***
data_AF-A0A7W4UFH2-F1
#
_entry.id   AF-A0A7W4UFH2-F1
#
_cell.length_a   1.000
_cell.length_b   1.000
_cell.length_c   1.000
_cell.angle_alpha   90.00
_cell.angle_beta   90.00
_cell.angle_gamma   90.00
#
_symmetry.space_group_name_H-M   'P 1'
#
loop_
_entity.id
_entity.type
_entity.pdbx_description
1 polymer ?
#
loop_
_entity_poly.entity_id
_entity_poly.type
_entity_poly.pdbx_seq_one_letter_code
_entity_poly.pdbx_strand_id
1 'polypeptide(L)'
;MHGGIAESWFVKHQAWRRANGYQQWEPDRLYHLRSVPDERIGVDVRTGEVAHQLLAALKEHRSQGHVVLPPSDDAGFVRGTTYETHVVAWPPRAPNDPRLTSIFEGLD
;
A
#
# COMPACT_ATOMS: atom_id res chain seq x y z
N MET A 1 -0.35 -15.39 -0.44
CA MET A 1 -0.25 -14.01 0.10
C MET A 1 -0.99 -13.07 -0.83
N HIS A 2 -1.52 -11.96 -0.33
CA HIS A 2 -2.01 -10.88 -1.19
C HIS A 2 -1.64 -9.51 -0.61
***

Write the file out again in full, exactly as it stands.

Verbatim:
data_AF-A0A7W4UFH2-F1
#
_entry.id   AF-A0A7W4UFH2-F1
#
_cell.length_a   1.000
_cell.length_b   1.000
_cell.length_c   1.000
_cell.angle_alpha   90.00
_cell.angle_beta   90.00
_cell.angle_gamma   90.00
#
_symmetry.space_group_name_H-M   'P 1'
#
loop_
_entity.id
_entity.type
_entity.pdbx_description
1 polymer ?
#
loop_
_entity_poly.entity_id
_entity_poly.type
_entity_poly.pdbx_seq_one_letter_code
_entity_poly.pdbx_strand_id
1 'polypeptide(L)'
;MHGGIAESWFVKHQAWRRANGYQQWEPDRLYHLRSVPDERIGVDVRTGEVAHQLLAALKEHRSQGHVVLPPSDDAGFVRGTTYETHVVAWPPRAPNDPRLTSIFEGLD
;
A
#
# COMPACT_ATOMS: atom_id res chain seq x y z
N MET A 1 -0.35 -15.39 -0.44
CA MET A 1 -0.25 -14.01 0.10
C MET A 1 -0.99 -13.07 -0.83
N HIS A 2 -1.52 -11.96 -0.33
CA HIS A 2 -2.01 -10.88 -1.19
C HIS A 2 -1.64 -9.51 -0.61